All may not be rosy for shareholders of the United Bank for Africa, UBA, this year, as the bank recorded a dip in its profits during the business year.
Announcing the fall in profit during its Annual General Meeting in Abuja on Monday, the Chairman of UBA Plc, Chief Ferdinand Alabraba, noted that, “2009 has been an unusual year with varying degrees of unusual demands on many of our people and resources. The banking industry came under regulatory and public scrutiny this year, and our bank weathered the storm.”He added that the year under review was “an exceptionally difficult year for the Nigerian banking system with significant reforms and shake-ups in the second-half of the year.”
According to him, the bank’s gross earnings grew by 46 per cent to N247 billion against N169.6 billion from 2008, which was buoyed by improved contributions from operations outside Nigeria.“However, profit before tax and exceptional items dipped from N56.8 billion in 2008 to N13.7 billion due to provisioning, pre-operational charges by our new African subsidiaries and exceptional write-offs during the year, reflecting the challenging environment in which we operated in 2009.”The Chairman noted that in spite of all these, the bank has continued to show its leadership pedrigree.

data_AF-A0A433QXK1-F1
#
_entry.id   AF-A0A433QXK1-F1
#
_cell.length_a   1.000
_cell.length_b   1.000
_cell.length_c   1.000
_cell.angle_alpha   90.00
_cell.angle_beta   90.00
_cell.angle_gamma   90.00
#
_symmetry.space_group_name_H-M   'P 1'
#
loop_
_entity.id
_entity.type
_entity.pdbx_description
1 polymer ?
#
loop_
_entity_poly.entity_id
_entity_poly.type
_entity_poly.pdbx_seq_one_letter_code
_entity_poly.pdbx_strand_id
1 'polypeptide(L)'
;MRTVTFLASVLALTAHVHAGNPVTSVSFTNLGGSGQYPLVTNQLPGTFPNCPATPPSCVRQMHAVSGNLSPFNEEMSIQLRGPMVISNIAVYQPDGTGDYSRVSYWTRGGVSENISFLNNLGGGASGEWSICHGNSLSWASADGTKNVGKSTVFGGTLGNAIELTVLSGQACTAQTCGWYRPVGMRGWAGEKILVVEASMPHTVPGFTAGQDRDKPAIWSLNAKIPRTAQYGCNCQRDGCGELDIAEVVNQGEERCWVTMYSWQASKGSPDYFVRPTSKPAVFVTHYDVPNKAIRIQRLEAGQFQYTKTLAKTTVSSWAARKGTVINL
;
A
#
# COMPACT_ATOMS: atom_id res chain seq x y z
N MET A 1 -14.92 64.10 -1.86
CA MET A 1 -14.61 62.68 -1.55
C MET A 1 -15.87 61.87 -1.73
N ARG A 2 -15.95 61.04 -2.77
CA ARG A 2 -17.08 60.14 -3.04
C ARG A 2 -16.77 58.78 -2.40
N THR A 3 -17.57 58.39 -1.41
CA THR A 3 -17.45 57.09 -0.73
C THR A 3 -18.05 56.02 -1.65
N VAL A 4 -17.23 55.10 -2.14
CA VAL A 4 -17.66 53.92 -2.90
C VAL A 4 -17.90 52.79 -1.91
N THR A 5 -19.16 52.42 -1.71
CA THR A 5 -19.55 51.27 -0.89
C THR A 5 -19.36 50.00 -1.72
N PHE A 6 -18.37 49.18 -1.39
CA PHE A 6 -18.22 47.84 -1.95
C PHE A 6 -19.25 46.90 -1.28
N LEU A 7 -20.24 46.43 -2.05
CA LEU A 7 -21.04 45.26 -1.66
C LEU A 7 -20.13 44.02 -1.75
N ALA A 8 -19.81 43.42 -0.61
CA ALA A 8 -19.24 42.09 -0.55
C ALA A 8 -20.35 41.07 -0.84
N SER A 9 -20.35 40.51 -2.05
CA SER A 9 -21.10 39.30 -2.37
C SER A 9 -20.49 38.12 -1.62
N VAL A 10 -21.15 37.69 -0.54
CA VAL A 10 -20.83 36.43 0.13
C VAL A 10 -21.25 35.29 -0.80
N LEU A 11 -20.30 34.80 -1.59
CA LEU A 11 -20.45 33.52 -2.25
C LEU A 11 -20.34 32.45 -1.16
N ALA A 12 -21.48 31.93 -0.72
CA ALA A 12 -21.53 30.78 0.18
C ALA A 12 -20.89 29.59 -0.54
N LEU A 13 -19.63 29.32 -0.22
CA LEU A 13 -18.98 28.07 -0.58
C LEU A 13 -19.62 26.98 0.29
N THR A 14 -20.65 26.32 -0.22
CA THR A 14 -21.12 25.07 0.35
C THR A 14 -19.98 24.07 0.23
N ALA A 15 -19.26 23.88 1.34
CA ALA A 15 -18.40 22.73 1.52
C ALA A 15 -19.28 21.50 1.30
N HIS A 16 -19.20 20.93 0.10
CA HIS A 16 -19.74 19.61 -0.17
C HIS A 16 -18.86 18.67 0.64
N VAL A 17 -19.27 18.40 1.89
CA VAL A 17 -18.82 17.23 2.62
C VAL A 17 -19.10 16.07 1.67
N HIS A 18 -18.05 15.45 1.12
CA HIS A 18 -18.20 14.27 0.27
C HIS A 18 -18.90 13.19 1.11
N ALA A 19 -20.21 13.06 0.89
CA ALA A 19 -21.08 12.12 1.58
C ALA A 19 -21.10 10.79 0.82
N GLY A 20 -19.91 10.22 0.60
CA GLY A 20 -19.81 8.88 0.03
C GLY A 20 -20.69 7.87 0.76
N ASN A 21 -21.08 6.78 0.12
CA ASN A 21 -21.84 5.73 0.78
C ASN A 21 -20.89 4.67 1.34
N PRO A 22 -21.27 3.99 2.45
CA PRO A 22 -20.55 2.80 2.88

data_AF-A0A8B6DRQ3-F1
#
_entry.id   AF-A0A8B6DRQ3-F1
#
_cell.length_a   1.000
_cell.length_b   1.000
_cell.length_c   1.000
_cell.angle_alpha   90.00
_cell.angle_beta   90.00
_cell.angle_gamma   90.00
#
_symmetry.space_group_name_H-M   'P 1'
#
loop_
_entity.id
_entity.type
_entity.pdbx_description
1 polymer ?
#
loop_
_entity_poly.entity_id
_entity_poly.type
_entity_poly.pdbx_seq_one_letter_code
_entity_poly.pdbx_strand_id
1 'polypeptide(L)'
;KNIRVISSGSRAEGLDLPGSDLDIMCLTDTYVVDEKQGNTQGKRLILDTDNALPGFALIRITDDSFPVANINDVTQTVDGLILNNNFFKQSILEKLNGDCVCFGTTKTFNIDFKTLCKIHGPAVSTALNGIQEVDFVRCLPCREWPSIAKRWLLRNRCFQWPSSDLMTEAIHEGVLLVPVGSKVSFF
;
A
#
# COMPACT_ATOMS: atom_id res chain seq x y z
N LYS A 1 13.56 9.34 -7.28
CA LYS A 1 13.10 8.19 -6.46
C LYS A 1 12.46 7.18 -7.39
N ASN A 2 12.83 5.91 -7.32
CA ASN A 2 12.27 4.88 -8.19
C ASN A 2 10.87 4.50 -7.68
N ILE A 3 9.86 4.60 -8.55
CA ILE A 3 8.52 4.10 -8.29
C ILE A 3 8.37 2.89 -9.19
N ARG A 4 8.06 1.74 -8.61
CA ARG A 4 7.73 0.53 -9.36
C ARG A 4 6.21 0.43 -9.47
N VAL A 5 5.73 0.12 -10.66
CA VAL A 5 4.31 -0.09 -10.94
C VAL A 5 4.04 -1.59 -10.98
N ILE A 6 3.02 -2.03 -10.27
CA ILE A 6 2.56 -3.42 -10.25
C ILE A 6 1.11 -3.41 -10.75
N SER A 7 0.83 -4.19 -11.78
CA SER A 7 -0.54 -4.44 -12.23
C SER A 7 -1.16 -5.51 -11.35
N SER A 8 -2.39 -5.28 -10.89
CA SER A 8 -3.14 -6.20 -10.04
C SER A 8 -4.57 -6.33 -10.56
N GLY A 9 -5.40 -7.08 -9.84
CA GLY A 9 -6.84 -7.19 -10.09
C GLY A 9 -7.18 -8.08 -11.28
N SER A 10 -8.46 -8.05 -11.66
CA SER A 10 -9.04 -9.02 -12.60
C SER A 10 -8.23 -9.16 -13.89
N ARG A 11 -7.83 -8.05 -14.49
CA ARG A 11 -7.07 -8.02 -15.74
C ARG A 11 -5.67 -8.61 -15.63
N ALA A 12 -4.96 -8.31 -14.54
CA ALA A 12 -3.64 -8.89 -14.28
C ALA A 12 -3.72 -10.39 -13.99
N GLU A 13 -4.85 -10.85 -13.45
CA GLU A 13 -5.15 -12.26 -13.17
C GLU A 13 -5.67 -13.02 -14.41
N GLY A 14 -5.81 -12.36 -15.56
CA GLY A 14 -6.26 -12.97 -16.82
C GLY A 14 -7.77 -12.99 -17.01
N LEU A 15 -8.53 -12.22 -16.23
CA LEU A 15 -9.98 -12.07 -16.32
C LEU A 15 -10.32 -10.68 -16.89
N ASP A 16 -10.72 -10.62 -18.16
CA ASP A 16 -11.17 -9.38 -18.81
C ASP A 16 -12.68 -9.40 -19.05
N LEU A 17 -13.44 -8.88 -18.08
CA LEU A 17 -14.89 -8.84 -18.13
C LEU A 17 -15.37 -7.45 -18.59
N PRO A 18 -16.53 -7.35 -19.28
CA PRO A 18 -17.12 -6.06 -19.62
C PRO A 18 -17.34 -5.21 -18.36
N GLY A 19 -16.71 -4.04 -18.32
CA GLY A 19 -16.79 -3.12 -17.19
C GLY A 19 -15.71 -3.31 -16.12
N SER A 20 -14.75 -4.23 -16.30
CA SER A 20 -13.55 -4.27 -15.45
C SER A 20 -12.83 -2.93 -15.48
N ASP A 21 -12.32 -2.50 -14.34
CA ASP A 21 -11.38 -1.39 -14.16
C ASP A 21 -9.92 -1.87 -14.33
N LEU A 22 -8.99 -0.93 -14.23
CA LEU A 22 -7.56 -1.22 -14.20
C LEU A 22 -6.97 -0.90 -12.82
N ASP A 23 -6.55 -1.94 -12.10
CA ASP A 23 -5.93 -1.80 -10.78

“Despite these challenges, the bank continued to show strong risk ratios that exceeded regulatory-required minimum. Our liquidity ratio was 47 per cent as against 42 per cent in 2008, and capital adequacy ration was 16 per cent as against 22 per cent in the previous year,” he stated.At the AGM, the out-going Chief Executive Officer of UBA, Mr. Tony Elumelu, noted that in line with the bank’s tradition of distributing returns to its shareholders, the Board of Directors is proposing a dividend of 10 kobo per share and a bonus share issue of one new share for every five shares held.
Elumelu, who is handing over as CEO after 13 years at the helm starting with the old Standard Trust Bank, also blamed the bank’s continental expansion efforts for the dip in form.He said, “Our African strategy is beginning to yield the desired results, with the African bank subsidiaries contributing about 10 per cent (2008: 5.6 per cent) to deposit liabilities of the group.
Elumelu, however, lauded his years as CEO as one that has brought prosperity and wealth to shareholders of the bank, adding that “During these years, we have gone through periods of prosperity and challenges, emerging bigger, stronger and more focused on our vision of becoming Africa’s Global bank.”Meanwhile, the National Coordinator of the Independent Shareholders Association of Nigeria, Mr. Sunny Nwosu, has blamed the recent economic crunch witnessed in the country on the reform activities embarked upon by the Central Bank of Nigeria (CBN).